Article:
Alcohol & Other Drug Policy

Wellesley College is committed to providing an environment of well-being, learning, and accountability for its members, and established its Alcohol & Other Drug Policy with the priorities embodied in the logo created by Ashley Longseth ‘13 for the College's alcohol and other drug education programs: Educate, Moderate, Communicate Concern.
The Alcohol & Other Drug Policy establishes the following Community Standard regarding alcohol:  Students are expected to comply with governing law and College policies; respect this community by minimizing the impact of drinking or drug use upon others; care for their own health and well-being; and seek assistance for themselves of someone else who needs support or medical attention.  Read the entire policy.  The College complies with federal law which prohibits marijuana use.  

Alcohol & Other Drug Education 

Students who wish to speak with someone confidentially about their concerns about their own or someone else's alcohol or other drug use, or who have been referred for an Alcohol or Other Drug Education session, may contact Assistant Director of Health Education Claudia Trevor-Wright to schedule an appointment.    Meetings typically take one hour, and take place at the Health Service.  

Frequently Asked Questions About Marijuana

Frequently Asked Questions About Marijuana

(January 2017)

Is marijuana legal in Massachusetts?

Marijuana is still a prohibited substance under federal law (Controlled Substances Act, Drug-Free Workplace Act, Drug-Free Schools and Communities Act). Federal law applies throughout the United States, including Massachusetts, and supersedes state law.

Under state law, people age 21 and older can possess and consume recreational marijuana. For those younger than age 21, it remains illegal under state law. The sale of marijuana will not be legalized before 2018.

Can I have marijuana on campus? 

No.  You may not possess, use, or grow marijuana on campus.  This includes edible products, oils, topical products, and beverages containing marijuana.

Can I use marijuana off campus?

Community Standard 1 in the Wellesley College AOD Policy states that students are expected to follow the law wherever they are.  As stated above, marijuana is still prohibited by federal law, which applies throughout the United States.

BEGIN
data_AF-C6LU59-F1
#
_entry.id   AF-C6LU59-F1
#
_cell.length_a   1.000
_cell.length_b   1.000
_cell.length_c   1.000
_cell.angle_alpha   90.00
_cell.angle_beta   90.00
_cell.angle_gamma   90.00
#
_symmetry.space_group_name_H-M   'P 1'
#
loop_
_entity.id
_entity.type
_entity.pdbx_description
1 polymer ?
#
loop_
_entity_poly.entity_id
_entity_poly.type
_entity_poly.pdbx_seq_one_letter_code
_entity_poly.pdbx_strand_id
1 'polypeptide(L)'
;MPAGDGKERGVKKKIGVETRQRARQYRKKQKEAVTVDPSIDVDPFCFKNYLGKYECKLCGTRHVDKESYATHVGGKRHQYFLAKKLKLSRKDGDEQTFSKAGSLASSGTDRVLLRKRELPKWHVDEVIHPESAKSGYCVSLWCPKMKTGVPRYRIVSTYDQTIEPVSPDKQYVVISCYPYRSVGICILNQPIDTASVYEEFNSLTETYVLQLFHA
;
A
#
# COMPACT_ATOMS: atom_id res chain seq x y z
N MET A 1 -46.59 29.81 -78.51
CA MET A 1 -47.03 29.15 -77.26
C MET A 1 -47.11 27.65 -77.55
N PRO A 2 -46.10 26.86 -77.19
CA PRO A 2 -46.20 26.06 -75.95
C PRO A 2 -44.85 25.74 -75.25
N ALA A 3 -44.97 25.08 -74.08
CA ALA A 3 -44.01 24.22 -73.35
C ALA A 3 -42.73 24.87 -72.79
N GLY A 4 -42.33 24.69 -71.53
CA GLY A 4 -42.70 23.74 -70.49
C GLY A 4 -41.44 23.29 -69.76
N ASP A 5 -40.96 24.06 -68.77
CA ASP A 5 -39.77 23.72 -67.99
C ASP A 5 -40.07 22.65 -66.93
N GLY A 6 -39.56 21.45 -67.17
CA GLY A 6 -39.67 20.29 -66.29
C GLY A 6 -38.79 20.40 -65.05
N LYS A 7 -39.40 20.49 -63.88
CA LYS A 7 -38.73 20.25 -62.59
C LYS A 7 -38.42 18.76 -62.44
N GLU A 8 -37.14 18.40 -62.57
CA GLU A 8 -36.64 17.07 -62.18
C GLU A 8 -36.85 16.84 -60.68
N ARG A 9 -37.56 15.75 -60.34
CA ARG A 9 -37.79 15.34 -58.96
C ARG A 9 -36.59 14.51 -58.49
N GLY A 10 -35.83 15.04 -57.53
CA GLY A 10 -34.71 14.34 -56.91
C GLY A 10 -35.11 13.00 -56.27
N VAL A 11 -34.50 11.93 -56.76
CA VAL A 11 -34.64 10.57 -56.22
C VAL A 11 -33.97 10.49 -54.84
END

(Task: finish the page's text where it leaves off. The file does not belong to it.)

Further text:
Can I drive while using marijuana?

No. High driving is impaired driving. It is treated in the same way as drunk driving.  Marijuana impairs your response time and many other cognitive abilities that are imperative for safe driving.  

What are the health consequences of using marijuana?


  • Impaired short-term memory, making learning and information retention difficult
  • Impaired motor coordination, including driving skills, increased risk of injury
  • Impaired judgment, increasing risk of high risk behaviors that facilitate STI transmission
  • In high doses, paranoia and psychosis (esp. with edibles, when dosing can be particularly challenging)

Long-term or Heavy Use:

  • Addiction (9% of users overall; up to 50% of daily users)
  • Altered brain development (esp. with use in adolescence)
  • Poor educational outcome, increased likelihood of dropping out
  • Cognitive impairment, with lower IQ in frequent users during adolescence
  • Diminished life satisfaction and achievement (by subjective report)
  • Symptoms of chronic bronchitis
  • Increased risk of chronic psychosis disorders in persons predisposed to such disorders.

Source: Volkow ND et al. N Engl J Med 2014;370:2219-2227.



Who can I talk to if I am concerned about my own or someone else’s marijuana use?

Students are encouraged to reach out to the Wellesley College Health Service, and Office of Health Education, the Stone Center Counseling Service, and the Office of Religious and Spiritual Life for support with concerns related to alcohol or other drug use.  

What if I am concerned about my own marijuana use but I am not sure if I need to talk to someone yet?

The Stone Center Counseling Service offers an anonymous screening tool that covers substance use.  You may choose to bring your screening results with you to speak with a counselor if you are concerned.

You may also wish to take the CUDIT-R, a very brief marijuana screening tool, and make an appointment to talk with the health educator about your results.

I am an athlete / international student/ off-campus employee - is there anything else I need to know?

If you’re an athlete, the NCAA has rules about marijuana that still apply.

If you have a job off campus, other restrictions may apply.  It is important to be thoughtful about all of your obligations, both on and off campus, to determine what is right for you.

If you’re an international student, there are additional potential legal ramifications for marijuana use.